If Limbo and the Ante Inferno physically switched positions, than Dante’s reasoning and punishments for the two groups would seem more appropriate. The second circle of Hell is home to the lustful, such as Cleopatra and Helen of Troy (Inferno V 55). Those who allowed their lives and everyone’s around them to be hurled around by their untamed actions, experience an eternity of being hurled around by tormenting winds and storms. Lustful individuals, who take action on their untamed desires, often have no regard for the consequences their actions will have on others’ in their lives.

When their lustful and immoral activities come to be publicly known, many people’s lives, such as the significant other of the sinner, are thrown upside down and hurled around. Chaos and confusion is created in the lives of many innocent people when lustful sinners’ actions become known. It only seems fair and just that in the Inferno, the lustful are condemned to an eternity in Hell of being thrown and hurled about by raging water and storms. Those who act upon their lustful desires do not care about anything preventing their actions, just as a raging storm does not care what it destroys in its path.

The seventh circle of Hell is inhabited by the violent. Those who were physically violent towards others while on Earth are justly sentenced to an eternity of being submerged in boiling blood. “The river of blood – in which boils everyone. Whose violence hurt others” (Inferno XII 41-42) describes the perfect punishment for those who were violent towards others. Each of these souls is subjected to a different level of agony; those who killed one person stand only with their legs in the boiling blood, however, tyrants, like Alexander, are completely submerged.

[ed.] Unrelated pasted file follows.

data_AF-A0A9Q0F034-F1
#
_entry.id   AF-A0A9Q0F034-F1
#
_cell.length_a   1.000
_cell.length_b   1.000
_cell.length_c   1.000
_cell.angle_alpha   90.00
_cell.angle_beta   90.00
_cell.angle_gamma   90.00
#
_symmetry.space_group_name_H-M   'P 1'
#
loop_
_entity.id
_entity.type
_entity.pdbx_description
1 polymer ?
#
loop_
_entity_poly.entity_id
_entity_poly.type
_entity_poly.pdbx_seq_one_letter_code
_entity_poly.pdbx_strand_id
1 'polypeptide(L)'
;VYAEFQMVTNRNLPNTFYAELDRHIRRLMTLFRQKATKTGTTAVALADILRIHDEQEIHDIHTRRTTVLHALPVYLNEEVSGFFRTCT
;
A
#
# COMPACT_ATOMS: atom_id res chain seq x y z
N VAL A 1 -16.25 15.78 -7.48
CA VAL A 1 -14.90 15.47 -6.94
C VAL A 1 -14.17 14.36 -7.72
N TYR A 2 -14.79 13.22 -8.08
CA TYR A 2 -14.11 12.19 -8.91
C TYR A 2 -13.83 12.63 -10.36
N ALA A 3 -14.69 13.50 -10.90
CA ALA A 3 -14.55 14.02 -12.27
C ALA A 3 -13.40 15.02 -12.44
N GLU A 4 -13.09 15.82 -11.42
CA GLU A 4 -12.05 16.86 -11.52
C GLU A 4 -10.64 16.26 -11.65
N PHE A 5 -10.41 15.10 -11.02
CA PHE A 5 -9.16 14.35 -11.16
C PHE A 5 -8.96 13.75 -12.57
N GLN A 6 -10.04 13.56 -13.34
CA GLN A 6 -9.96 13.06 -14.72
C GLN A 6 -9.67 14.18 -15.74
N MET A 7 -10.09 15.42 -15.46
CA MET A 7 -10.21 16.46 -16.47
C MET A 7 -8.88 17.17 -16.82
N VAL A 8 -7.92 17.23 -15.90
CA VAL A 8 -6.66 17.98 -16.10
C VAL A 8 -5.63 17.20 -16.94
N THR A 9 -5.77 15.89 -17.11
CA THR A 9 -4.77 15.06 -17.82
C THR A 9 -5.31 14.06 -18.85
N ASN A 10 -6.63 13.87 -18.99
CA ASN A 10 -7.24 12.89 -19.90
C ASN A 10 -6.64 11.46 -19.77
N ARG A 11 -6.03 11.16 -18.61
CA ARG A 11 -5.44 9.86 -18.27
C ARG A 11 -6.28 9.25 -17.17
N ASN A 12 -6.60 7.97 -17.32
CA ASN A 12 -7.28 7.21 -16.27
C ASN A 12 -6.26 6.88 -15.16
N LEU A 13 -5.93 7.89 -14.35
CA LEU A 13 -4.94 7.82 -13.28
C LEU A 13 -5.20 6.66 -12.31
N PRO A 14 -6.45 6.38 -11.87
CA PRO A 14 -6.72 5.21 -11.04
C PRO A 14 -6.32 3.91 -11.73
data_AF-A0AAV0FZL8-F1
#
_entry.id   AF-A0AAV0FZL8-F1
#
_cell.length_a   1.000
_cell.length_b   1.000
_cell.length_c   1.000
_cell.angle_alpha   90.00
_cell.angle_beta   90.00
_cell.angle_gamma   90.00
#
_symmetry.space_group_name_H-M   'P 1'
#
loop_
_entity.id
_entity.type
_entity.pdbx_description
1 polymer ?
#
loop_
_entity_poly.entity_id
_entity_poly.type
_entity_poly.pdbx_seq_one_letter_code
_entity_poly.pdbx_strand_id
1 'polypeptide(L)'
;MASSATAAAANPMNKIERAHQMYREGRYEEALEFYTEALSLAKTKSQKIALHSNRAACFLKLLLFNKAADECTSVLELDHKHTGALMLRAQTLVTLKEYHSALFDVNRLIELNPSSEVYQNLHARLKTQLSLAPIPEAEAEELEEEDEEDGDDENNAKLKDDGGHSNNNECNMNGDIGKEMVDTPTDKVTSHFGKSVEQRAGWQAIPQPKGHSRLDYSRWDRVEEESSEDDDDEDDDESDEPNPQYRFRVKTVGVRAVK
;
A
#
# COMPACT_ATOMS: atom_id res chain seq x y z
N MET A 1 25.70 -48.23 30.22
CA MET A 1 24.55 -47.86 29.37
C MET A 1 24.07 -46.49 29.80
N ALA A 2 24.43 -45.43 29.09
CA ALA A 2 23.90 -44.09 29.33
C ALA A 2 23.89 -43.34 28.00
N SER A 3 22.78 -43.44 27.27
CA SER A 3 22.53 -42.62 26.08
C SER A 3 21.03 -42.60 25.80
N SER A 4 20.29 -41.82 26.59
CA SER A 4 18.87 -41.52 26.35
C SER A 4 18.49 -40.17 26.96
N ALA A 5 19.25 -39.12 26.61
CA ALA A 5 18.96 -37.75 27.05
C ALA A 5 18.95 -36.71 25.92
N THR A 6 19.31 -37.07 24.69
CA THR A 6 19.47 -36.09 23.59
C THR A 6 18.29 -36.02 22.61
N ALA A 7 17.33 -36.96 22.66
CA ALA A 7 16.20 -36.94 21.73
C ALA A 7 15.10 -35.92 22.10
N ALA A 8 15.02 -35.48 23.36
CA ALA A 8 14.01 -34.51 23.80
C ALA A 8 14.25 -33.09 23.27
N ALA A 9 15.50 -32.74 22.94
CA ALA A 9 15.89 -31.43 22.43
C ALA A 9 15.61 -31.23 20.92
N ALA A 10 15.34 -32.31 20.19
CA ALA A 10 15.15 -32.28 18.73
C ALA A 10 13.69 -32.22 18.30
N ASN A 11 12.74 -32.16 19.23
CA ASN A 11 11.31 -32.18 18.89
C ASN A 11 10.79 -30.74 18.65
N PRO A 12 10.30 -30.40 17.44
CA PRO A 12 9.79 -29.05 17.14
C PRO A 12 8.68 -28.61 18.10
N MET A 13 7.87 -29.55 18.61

These individuals are now eternally submerged in the blood that they lusted after and shed during life. The boiling blood, which they are depressed in, is also representative of their blood while on Earth, simmering with rage and passion when they committed their violent sin. The endless torment of being immersed in a ghastly pool of heated blood is a just punishment for those who commit the crime of violence and murder. The torments that sinners are subjected to in Inferno may seem extreme to some modern readers, given the liberal advances in society’s views of moral norms.

However, given the time period and religious context from which this poem was written, the punishments seem fair and just for the particular sins committed. Throughout the poem, it becomes clear that there is a balance between sins committed on Earth and punishments in Hell. Each sinner suffers to a degree befitting to the gravity of his or her sins. The poem progresses from minor sins to major ones, as Dante proceeds deeper into Hell and closer to Lucifer.

While there may be some discrepancy and confusion as to the placements of some sins or circles, the deepest part of Hell, the ninth circle, is rightly reserved for the harshest punishments and for those who have committed sins against those whom the sinner has connections with, such as family or friends. Despite the actions, it appears fair that a traitor of this nature must be punished accordingly. Work Cited Dante. Inferno. Trans. Robert Pinsky. New York: FSG, 1994. Gardner, Patrick and Phillips, Brian. SparkNote on Inferno. 21 Mar. 2008 .